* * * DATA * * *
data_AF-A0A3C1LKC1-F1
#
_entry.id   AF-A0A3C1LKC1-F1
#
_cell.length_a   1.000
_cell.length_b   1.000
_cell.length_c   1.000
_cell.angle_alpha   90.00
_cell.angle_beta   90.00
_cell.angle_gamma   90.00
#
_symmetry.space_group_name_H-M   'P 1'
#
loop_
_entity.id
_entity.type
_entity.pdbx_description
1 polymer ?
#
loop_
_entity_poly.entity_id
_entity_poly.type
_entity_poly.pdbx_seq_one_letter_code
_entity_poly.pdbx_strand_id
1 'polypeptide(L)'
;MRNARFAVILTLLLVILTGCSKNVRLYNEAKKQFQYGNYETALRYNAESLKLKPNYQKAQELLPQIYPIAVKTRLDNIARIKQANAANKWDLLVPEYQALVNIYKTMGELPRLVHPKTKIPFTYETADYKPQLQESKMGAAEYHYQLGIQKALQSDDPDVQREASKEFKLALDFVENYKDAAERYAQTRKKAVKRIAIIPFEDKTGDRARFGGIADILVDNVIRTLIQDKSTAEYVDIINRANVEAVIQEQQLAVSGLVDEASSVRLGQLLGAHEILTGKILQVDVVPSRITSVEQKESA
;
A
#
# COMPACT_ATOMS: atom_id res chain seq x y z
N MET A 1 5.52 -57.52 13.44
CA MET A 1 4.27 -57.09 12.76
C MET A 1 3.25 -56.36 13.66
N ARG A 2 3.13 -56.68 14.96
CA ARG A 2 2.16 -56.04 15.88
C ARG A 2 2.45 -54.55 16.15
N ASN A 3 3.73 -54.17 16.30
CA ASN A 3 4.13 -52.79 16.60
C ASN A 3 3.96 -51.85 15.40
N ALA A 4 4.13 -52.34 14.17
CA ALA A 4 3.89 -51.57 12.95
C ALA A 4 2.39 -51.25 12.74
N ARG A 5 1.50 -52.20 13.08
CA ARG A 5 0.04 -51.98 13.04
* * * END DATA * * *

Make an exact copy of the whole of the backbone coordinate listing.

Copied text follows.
data_AF-A0A3C1LKC1-F1
#
_entry.id   AF-A0A3C1LKC1-F1
#
_cell.length_a   1.000
_cell.length_b   1.000
_cell.length_c   1.000
_cell.angle_alpha   90.00
_cell.angle_beta   90.00
_cell.angle_gamma   90.00
#
_symmetry.space_group_name_H-M   'P 1'
#
loop_
_entity.id
_entity.type
_entity.pdbx_description
1 polymer ?
#
loop_
_entity_poly.entity_id
_entity_poly.type
_entity_poly.pdbx_seq_one_letter_code
_entity_poly.pdbx_strand_id
1 'polypeptide(L)'
;MRNARFAVILTLLLVILTGCSKNVRLYNEAKKQFQYGNYETALRYNAESLKLKPNYQKAQELLPQIYPIAVKTRLDNIARIKQANAANKWDLLVPEYQALVNIYKTMGELPRLVHPKTKIPFTYETADYKPQLQESKMGAAEYHYQLGIQKALQSDDPDVQREASKEFKLALDFVENYKDAAERYAQTRKKAVKRIAIIPFEDKTGDRARFGGIADILVDNVIRTLIQDKSTAEYVDIINRANVEAVIQEQQLAVSGLVDEASSVRLGQLLGAHEILTGKILQVDVVPSRITSVEQKESA
;
A
#
# COMPACT_ATOMS: atom_id res chain seq x y z
N MET A 1 5.52 -57.52 13.44
CA MET A 1 4.27 -57.09 12.76
C MET A 1 3.25 -56.36 13.66
N ARG A 2 3.13 -56.68 14.96
CA ARG A 2 2.16 -56.04 15.88
C ARG A 2 2.45 -54.55 16.15
N ASN A 3 3.73 -54.17 16.30
CA ASN A 3 4.13 -52.79 16.60
C ASN A 3 3.96 -51.85 15.40
N ALA A 4 4.13 -52.34 14.17
CA ALA A 4 3.89 -51.57 12.95
C ALA A 4 2.39 -51.25 12.74
N ARG A 5 1.50 -52.20 13.08
CA ARG A 5 0.04 -51.98 13.04